ratedetector SR2CNN IsolationForest [10] EllipticEnvelope [21] OneClassSVM [5] LocalOutlierFactor [2] AM-SSB(3) 100.0% 72.3% 00.0% 100.0% 100.0% 96.3% 26.0% 100.0% GFSK(6) 99.0% 01.3% 00.0% 90.0% 00.0% 00.0% 00.0% 00.0% true known 95.9% 81.3% 99.9% 46.1% 97.6% 85.5% 92.0% 96.7% true unknown 99.5% 36.8% 00.0% 95.0% 50.0% 48.1% 13.0% 50.0%

TABLE IV: Comparision between our SR2CNN model and several traditional outlier detectors on 2016.10A. Bold: performance of the dominant SR2CNN model. Italic: performance of these traditional methods when true known rates reach the highest. Vertical bar ”” is used to split the standard results and the italic ones.

It is obvious that average accuracy strongly depends on the weighted true rate (WTR), i.e., the clearer for the discrimination between known and unknown, the more accurate for the further classification and identification. Therefore, to better study this discrimination ability, we depict Fig. 5 to elucidate its variation trends regarding discrimination coefficient (). At the same time, we introduce a new concept discrimination interval as an interval where the weighted true rate is always greater than 80%. The width of the above interval is used to help quantify this discrimination ability.

Apparently, the curves for the primary two kinds of true rate are monotonic, increasing for the known while decreasing for the unknown. The maximum points of these weighted true rate curves for each dataset, are about 0.4, 0.2 and 0.4 respectively, which exactly correspond to the results shown in Table V. Besides, the width of the discrimination interval of 2016.10B is only approximately one third of those of 2016.10A and 2016.04C. This implies that the features of 2016.10B are more difficult to learn, and just accounts for its relatively poor performance.

Fig. 6: Effect of center loss. The presence of center loss is distinguished by line shape(solid or dash). Interviewees(known or unknown accuracy) are distinguished by line color(blue or green).

Fig. 6 indicates that the usage of center loss on 2016.10A indeed helps our model to discriminate more distinctly, resulting in a notably broader discrimination interval. Still, there’s a thought-provoking point regarding 2016.10B, which is really worth our discussions. Referring back to Fig. 4, we can clearly see that curve of center loss for 2016.10B is the smoothest and converges to the lowest value. However, as a matter of fact, the performance of discrimination task on 2016.10B is actually the poorest, which seems like that 2016.10B has never benefit from the usage of center loss. Thus, revolving on this irregular phenomenon, we assume that it is still the features of the data that dominantly and unshakably determine the performance of discrimination, while center loss only works secondarily to help cluster samples for known classes.

indicatorscenario SIGNAL-202002 supervised learning zero-shot learning accuracy BPSK (1) 84.3% 70.8% QPSK (2) 86.5% 67.8% 8PSK (3) 67.8% 70.3% 16QAM (4) 99.5% 96.8% 64QAM (5) 95.5% 84.8% PAM4 (6) 97.0% 89.0% GFSK (7) 56.3% 38.3% AM-DSB (10) 63.8% 67.3% AM-SSB (11) 44.3% 62.0% 4-4 CPFSK (8) 100.0% 81.0% B-FM (9) 93.5% 74.5% average total accuracy 80.8% 73.0% average known accuracy 77.3% 71.9% true known rate - 82.3% true unknown rate - 84.9% precision known - 87.4% unknown - 91.6%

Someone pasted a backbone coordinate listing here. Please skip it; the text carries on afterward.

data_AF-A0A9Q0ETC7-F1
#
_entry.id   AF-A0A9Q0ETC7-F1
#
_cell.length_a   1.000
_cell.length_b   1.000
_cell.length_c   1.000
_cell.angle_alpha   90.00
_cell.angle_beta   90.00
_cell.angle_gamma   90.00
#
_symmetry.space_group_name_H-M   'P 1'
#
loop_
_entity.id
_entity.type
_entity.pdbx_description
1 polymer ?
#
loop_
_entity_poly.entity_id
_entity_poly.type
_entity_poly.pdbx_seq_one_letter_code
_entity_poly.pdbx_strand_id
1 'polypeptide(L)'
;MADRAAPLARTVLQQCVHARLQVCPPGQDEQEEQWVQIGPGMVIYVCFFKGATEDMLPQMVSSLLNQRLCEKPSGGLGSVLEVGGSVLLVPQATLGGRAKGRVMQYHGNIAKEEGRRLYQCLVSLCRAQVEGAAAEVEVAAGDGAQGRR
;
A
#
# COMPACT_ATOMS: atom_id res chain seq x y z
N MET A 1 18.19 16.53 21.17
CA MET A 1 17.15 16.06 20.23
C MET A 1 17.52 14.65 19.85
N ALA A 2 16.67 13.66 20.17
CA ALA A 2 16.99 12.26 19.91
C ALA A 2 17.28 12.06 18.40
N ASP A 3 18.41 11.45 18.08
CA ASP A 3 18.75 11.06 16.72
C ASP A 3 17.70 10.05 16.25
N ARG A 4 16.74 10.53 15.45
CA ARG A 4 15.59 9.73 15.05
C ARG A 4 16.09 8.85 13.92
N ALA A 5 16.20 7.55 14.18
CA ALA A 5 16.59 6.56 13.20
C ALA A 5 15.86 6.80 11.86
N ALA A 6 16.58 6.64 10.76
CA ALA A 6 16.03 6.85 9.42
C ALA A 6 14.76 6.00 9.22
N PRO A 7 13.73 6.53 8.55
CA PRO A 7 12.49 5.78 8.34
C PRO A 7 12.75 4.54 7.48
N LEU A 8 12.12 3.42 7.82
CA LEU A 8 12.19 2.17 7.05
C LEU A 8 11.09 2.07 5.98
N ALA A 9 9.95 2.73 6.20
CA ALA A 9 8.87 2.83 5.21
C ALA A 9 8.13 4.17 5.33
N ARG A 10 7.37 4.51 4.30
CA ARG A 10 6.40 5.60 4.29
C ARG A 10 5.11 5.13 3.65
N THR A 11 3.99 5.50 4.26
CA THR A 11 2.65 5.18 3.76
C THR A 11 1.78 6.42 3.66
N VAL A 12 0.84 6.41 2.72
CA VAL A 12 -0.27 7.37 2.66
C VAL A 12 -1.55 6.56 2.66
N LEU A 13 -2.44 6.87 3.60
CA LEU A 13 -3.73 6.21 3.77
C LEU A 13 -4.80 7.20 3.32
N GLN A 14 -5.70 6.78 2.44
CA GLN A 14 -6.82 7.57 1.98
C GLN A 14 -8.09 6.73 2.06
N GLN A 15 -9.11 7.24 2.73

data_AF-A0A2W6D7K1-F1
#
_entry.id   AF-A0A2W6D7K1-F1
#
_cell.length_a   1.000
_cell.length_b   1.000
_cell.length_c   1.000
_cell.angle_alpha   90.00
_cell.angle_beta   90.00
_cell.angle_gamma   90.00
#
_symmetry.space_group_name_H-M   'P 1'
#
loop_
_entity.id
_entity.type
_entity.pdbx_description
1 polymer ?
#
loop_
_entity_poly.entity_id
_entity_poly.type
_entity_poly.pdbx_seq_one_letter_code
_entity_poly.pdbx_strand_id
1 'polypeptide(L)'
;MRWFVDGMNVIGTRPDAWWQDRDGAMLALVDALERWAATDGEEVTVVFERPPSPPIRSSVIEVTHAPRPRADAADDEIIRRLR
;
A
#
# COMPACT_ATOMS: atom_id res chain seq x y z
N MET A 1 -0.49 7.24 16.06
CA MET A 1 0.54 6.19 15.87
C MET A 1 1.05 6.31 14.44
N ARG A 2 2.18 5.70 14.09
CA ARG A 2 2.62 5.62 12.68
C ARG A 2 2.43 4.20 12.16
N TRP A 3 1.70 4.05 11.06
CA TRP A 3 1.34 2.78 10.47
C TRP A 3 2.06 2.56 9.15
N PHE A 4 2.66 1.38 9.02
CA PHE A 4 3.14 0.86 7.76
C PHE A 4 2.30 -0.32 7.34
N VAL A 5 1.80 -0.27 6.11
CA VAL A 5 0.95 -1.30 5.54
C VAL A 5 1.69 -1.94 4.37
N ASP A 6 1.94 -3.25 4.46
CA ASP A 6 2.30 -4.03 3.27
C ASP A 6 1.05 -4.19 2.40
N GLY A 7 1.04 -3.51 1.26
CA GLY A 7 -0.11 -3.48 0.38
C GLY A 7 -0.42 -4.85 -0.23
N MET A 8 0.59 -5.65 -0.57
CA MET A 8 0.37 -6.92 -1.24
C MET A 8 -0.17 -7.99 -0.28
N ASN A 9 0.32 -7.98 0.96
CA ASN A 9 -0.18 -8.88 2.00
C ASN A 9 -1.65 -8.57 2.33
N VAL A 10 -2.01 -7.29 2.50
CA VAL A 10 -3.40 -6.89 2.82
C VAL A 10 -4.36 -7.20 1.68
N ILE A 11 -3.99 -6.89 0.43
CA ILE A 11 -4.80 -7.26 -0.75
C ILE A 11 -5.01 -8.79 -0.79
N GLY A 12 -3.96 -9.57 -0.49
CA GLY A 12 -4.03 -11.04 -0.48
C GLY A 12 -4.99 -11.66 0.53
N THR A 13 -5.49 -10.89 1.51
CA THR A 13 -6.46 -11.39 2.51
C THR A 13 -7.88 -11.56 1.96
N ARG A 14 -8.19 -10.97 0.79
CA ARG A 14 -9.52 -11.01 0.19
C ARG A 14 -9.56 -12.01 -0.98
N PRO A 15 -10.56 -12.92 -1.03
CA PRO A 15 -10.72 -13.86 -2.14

TABLE V: Contrast between supervised learning and our ZSL learning scenario on three datasets. Dash lines in the ZSL column specify the boundary between known and unknown classes. Bold: accuracy for a certain unknown class. Italic: accuracy computed only to help draw a transverse comparision.

5.3 Other Extensions

We tentatively change several unknown classes on 2016.10A, seeking to excavate more in the feature domain of data. As shown in Table III, both known precision (KP) and unknown precision (UP) are insensitive to the change of unknown classes, proving that the classification ability of SR2CNN are consistent and well-preserved for the considered dataset. Nevertheless, obviously, the unknown class CPFSK is always the hardest obstacle in the course of discrimination, since its accuracy is always the lowest as well as some isotopic classes are observed in this case. When class CPFSK and GFSK simultaneously play in the unknown roles, the performance loss (on both TKR and TUR) is quite striking. We accredit this phenomenon to the resemblances among the classes in the feature domain. Specifically, the unknown CPFSK and GFSK may share a considerable number of similarities with their known counterparts to a certain degree, which will unluckily mislead SR2CNN about the further discrimination task.

To justify SR2CNN’s superiority, we compare it with a couple of traditional methods prevailing in the field of outlier detection. The results are presented in Table

IV. Concretely, when exploiting these methods, a certain sample, which is said to be an outlier for each known class, will be regarded as an unknown sample. Note that there are no unknown classes identification tasks launched, only discrimination tasks are considered. Hence, here, for a certain unknown class , we compute its unknown rate, instead of accuracy, as , where denotes the number of samples from unknown class , while denotes the number of samples from unknown class , which are discriminated as unknown ones. Aforementioned requirement 1. the weighted true rate (WTR):  0.4TKR+0.6TUR  is as great as possible, is employed to help choose several standard results. As expected, SR2CNN stands out unquestionably, while the other traditional methods all confront a destructive performance loss and fail to discriminate normally. Only Elliptic Envelope can limpingly catch up a little. At least, its true unknown rate can indeed overtake 90%, though at the cost of badly losing its true known rate.